There is no doubt that this morning’s speech by the British Prime Minister was the most significant yet of her premiership. A lot of predictable intention was expressed in terms of trading with everybody but leaving the customs union and the UK taking control of migration while maintaining a common travel area between the UK and the Republic of Ireland. (How this latter point can be achieved while avoiding an Irish “back door” and restricting movement from the rest of the EU is open to conjecture).
Brexit stakeholders had been asking for clarity, but this speech, while being high on asserting the right to UK sovereignty, went only partially towards meeting that request.
One certainty is that the UK parliament will get the opportunity to vote on Brexit. However, given the ongoing court case, an unforeseen election in Northern Ireland and a persistent Scottish Nationalist Party, there will be a few twists in this internal UK process yet.
Movement of EU and other nationals into the UK will survive the UK re-taking control of immigration, but will be limited to admitting the “best and the brightest”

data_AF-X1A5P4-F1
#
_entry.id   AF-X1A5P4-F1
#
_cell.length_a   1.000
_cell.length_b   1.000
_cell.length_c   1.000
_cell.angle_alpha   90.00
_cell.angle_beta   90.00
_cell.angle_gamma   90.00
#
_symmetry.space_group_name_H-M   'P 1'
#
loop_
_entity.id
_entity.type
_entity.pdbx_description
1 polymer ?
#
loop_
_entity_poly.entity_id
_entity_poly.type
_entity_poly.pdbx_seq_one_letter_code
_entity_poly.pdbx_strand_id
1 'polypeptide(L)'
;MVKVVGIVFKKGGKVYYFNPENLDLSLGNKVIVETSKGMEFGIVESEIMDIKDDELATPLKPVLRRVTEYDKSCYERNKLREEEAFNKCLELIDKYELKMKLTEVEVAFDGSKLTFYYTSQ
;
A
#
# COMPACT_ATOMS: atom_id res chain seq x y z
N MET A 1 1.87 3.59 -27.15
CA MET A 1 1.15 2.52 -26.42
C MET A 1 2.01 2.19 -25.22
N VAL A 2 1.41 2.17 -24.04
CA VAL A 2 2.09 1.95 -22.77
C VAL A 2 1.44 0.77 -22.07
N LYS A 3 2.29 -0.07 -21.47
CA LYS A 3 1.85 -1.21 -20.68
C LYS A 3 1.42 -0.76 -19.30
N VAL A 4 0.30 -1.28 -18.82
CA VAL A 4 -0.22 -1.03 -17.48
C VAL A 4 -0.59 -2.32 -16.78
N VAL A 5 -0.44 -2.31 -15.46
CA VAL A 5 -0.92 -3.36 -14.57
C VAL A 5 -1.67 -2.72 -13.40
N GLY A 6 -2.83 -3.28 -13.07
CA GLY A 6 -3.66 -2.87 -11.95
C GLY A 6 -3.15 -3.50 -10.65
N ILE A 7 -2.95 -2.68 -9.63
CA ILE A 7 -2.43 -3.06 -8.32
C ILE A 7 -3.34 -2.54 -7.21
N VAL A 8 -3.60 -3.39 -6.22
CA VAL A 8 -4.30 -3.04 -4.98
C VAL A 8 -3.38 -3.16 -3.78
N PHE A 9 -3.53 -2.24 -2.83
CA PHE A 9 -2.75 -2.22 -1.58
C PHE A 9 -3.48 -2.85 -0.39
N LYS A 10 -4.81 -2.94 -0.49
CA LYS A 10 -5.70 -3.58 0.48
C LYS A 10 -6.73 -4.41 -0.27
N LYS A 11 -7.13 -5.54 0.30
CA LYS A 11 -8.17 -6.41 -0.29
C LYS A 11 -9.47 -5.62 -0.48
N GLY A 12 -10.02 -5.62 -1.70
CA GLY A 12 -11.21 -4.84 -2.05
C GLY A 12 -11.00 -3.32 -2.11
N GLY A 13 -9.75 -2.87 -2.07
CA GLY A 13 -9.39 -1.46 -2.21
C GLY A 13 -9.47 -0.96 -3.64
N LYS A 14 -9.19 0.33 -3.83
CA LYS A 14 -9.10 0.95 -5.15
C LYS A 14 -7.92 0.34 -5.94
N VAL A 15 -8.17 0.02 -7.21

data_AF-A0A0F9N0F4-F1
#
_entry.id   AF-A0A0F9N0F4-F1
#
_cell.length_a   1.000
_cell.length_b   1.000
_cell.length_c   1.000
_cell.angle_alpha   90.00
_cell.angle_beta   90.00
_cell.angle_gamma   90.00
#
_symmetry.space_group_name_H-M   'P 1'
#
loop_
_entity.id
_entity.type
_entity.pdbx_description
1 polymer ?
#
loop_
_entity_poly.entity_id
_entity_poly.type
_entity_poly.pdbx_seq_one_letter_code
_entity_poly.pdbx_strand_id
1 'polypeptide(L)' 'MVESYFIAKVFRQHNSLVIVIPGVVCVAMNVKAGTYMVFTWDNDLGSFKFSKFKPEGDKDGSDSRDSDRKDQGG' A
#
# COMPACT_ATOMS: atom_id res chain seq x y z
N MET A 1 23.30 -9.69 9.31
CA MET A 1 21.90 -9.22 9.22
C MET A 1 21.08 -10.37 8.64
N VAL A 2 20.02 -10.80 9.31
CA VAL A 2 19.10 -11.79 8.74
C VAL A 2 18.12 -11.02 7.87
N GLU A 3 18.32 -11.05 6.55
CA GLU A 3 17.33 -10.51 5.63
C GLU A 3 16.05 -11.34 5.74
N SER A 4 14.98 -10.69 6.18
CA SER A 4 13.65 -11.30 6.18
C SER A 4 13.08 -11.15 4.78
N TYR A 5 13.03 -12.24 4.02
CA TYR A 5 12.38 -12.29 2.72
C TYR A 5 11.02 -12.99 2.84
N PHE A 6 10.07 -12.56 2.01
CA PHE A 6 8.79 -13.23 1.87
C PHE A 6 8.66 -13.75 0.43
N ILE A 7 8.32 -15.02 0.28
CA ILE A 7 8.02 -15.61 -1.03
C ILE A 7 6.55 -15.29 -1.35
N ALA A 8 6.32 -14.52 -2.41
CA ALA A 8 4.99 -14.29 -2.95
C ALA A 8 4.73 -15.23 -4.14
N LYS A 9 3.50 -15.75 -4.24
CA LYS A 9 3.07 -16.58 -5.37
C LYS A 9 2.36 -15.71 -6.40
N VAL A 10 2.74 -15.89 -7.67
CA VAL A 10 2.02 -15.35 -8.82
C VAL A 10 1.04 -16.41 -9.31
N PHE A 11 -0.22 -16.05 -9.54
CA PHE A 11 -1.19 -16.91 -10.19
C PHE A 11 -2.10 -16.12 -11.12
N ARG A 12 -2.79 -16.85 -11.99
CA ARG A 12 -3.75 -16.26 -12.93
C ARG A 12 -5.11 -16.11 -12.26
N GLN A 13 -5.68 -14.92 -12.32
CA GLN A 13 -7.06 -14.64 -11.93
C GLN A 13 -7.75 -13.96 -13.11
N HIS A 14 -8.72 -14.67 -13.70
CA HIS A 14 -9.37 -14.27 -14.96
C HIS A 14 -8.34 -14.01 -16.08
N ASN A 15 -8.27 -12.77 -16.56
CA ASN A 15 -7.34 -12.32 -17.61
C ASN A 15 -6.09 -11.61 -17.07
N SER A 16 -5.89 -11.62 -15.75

Another factor is that businesses trading to and from the UK now have a degree of certainty given there is s clear government decision to leave the single market. It was also good day for UK banks and the financial sector generally as well as for global UK exporters. Less so if you happen to work for a highly mobile industry dependent on EU markets.
But watching Mrs. May’s confident presentation of national self-assertion, there must be genuine fear in the corridors of Brussels that elections later this year elsewhere in the EU will precipitate a domino affect of similar sentiment. If negotiations between London and Brussels stake place against this backdrop, the latter will be in a more vulnerable position.
Clearly the devil will be in the detail when it comes to the target 2 year negotiation once parliament votes and the EU treaty’s Article 50 is triggered.